Sparks says she'll announce one way or the other in the next month. "If I'm not that person that people want to support, I want to give them the time to find someone else. They're not too impressed by the current candidates." Sparks said she wouldn't out exactly who "they" are.
SF Weekly reported earlier that Sparks was recently seen making the rounds in District 6 with Jason Chan, Mayor Gavin Newsom's appointment secretary. A city Democratic Party higher-up also told us that Sparks told him she was considering a supervisoral run -- and his colleagues reported the same. "I've heard it from other people, too," said the source. Sparks "has obviously been making calls."
Now 60 years old, Sparks says, if she would win the seat, it would likely be her final job and not a stepping stone to higher political office. It also would cut her current $167,000 salary in almost half. But she says she thinks she can bring some needed balance to the district.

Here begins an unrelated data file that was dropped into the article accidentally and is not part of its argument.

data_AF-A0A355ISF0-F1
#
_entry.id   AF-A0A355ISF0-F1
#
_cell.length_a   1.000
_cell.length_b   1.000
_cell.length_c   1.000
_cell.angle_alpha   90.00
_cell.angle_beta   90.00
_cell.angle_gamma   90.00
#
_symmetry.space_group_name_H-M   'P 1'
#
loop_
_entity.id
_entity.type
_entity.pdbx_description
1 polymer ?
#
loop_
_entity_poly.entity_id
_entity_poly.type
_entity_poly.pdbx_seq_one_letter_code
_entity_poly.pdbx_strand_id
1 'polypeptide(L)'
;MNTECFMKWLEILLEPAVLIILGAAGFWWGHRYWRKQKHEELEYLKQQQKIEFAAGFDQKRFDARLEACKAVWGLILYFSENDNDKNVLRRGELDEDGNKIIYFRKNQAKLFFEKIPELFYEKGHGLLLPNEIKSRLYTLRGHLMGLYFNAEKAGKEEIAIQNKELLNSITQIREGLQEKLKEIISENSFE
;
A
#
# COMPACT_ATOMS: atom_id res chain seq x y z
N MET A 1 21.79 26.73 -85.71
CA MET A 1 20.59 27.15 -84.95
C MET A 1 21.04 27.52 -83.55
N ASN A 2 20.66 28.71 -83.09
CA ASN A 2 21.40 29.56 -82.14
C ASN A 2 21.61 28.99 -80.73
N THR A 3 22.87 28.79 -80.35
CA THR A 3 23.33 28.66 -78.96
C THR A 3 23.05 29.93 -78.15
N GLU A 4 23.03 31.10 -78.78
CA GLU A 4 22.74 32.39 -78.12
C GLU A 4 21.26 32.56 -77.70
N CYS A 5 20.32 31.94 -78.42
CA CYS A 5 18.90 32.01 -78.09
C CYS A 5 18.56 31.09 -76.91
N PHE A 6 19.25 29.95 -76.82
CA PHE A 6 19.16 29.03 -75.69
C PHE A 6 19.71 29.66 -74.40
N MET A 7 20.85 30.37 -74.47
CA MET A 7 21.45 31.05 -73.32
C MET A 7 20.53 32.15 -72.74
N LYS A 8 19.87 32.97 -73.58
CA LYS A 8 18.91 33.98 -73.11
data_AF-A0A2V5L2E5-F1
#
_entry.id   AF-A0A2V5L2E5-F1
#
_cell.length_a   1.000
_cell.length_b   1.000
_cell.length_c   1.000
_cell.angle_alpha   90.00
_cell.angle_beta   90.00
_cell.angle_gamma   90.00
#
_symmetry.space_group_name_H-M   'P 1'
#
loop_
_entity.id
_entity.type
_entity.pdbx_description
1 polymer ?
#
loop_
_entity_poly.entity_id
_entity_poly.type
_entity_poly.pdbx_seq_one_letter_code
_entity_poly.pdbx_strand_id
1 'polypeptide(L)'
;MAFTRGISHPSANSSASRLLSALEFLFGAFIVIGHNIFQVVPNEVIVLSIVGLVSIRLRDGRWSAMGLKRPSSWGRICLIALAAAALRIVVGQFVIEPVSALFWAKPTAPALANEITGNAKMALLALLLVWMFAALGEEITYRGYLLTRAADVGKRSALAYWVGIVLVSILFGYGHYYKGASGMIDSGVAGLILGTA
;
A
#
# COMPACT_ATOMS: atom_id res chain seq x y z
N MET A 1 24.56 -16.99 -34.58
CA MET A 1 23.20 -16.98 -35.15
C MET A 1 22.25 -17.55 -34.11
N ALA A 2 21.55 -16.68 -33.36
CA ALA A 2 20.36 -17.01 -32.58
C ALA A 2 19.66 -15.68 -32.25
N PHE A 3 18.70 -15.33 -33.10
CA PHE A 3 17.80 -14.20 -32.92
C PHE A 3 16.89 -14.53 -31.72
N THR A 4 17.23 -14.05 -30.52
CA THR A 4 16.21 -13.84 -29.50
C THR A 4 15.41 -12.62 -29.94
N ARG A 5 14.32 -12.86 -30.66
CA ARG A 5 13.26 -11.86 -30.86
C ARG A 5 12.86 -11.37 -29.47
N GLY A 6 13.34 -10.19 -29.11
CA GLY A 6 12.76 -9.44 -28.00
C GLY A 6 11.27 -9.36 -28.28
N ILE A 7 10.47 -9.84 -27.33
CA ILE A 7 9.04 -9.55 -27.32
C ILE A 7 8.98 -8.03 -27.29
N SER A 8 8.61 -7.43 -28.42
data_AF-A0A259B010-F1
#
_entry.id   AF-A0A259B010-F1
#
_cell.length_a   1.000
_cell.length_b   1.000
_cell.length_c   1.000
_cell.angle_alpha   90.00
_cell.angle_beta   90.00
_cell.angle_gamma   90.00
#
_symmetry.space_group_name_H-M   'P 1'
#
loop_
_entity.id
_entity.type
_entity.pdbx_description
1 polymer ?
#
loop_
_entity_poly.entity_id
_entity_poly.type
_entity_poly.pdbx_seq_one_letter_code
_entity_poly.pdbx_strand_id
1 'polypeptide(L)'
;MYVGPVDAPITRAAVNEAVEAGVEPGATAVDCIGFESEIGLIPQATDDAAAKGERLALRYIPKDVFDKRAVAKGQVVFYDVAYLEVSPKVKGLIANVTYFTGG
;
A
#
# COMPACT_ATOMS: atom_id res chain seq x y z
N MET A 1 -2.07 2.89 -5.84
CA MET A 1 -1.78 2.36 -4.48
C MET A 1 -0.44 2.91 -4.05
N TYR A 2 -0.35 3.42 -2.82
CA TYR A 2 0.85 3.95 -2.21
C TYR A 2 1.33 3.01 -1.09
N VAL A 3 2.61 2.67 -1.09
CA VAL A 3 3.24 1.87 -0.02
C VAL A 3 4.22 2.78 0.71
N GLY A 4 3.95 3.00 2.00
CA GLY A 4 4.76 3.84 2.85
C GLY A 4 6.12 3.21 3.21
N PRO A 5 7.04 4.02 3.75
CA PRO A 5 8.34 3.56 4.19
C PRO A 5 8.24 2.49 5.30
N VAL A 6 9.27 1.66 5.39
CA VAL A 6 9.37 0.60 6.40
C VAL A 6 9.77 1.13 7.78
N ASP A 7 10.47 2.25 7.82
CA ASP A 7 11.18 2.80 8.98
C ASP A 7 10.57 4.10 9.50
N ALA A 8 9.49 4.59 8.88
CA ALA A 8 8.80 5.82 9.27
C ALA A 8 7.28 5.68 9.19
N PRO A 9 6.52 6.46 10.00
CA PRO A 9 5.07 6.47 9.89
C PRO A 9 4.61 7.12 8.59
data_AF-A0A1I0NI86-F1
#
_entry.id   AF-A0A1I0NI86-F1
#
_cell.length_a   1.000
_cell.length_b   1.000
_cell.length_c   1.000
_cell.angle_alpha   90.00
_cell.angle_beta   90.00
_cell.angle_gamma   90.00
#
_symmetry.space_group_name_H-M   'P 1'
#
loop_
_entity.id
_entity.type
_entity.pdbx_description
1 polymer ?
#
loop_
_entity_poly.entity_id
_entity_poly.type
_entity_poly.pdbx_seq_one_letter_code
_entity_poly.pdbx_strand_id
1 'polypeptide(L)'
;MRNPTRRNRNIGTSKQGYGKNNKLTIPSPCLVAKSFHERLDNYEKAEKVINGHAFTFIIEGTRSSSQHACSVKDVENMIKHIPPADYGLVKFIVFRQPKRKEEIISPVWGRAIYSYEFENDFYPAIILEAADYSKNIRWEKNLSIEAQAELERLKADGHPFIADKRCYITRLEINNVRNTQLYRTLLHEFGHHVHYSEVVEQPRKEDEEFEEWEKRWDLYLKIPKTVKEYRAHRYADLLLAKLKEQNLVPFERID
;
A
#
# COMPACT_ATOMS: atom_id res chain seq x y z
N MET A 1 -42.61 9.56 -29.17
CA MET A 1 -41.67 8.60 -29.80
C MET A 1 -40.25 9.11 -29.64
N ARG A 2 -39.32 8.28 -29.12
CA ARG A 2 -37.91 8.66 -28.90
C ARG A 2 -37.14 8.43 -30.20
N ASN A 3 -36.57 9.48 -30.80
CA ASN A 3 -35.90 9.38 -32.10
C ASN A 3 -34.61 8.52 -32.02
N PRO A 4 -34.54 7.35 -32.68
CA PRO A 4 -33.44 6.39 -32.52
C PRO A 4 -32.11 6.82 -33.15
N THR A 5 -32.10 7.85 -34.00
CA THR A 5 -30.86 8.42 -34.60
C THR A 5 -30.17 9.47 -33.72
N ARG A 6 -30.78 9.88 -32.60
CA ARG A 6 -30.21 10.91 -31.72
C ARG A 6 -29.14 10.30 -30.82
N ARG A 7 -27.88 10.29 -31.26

"I think this board needs more balance, needs more independent thinkers as opposed to people who have one or another ideology. ...When I was on the Police Commission, I was able to mediate and compromise and help bring people together and I think the city needs people who could do that. I'm starting to sound more and more like a candidate and it's
starting to scare me."
It's probably having an impact on the other District 6 candidates as well. Tenderloin activist David Villa-Lobos has told SF Weekly that he'll drop out of the race if Sparks runs. Meanwhile, Entertainment Commissioner and candidate Jim Meko says Sparks would be an interloper in the district. His campaign tactic: To hand out maps.